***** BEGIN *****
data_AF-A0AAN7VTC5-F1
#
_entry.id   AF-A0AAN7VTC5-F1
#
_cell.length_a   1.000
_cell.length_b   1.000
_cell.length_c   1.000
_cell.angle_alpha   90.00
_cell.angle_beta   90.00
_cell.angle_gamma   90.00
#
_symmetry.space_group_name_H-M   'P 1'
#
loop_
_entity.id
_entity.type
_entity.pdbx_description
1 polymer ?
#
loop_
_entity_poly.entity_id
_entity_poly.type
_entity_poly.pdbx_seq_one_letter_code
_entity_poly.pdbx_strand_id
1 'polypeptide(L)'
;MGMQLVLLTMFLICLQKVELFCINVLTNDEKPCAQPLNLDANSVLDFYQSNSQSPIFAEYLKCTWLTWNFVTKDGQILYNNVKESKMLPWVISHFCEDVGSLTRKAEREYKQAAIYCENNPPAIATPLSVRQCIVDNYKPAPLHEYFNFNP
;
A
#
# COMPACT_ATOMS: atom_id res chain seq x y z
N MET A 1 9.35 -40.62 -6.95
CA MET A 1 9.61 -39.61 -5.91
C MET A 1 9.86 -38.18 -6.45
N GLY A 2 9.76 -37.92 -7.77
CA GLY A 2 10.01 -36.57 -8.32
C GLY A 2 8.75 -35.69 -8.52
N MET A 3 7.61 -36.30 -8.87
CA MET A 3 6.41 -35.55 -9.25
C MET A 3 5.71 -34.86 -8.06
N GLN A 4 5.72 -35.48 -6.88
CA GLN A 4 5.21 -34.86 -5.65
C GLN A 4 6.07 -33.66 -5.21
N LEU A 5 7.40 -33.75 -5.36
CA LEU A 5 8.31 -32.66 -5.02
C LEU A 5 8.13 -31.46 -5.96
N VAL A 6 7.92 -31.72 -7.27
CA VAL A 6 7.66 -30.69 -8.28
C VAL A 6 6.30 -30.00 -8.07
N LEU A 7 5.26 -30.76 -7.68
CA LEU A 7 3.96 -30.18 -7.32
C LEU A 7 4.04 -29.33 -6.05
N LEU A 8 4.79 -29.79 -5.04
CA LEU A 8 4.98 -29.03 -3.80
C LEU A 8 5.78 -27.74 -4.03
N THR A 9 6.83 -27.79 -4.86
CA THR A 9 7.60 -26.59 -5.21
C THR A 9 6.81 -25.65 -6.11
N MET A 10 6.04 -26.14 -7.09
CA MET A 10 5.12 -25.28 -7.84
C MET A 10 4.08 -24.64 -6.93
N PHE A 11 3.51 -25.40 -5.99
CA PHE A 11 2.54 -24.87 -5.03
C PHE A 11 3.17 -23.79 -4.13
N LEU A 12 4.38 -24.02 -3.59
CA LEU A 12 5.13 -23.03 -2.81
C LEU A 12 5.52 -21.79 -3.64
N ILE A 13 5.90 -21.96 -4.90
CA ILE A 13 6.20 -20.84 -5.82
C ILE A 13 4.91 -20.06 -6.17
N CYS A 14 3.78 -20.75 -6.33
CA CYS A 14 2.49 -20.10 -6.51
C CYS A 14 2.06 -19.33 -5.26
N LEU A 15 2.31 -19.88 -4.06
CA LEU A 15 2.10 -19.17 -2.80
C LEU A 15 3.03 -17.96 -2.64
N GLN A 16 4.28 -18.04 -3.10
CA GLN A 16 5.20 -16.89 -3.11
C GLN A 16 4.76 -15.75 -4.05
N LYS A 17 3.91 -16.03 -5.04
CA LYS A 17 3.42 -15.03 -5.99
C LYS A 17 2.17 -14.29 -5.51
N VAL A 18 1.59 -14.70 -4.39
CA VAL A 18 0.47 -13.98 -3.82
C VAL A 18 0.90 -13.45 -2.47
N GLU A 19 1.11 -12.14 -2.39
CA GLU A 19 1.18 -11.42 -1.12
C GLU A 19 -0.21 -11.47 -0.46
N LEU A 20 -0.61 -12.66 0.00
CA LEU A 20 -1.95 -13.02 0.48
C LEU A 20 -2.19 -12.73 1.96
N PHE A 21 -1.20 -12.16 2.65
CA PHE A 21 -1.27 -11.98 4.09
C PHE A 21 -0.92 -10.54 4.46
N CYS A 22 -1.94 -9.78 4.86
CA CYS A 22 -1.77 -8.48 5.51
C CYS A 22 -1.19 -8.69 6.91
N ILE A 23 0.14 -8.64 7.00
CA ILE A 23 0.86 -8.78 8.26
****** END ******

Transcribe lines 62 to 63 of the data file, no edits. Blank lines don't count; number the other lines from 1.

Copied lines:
CA PHE A 11 2.54 -24.87 -5.03
C PHE A 11 3.17 -23.79 -4.13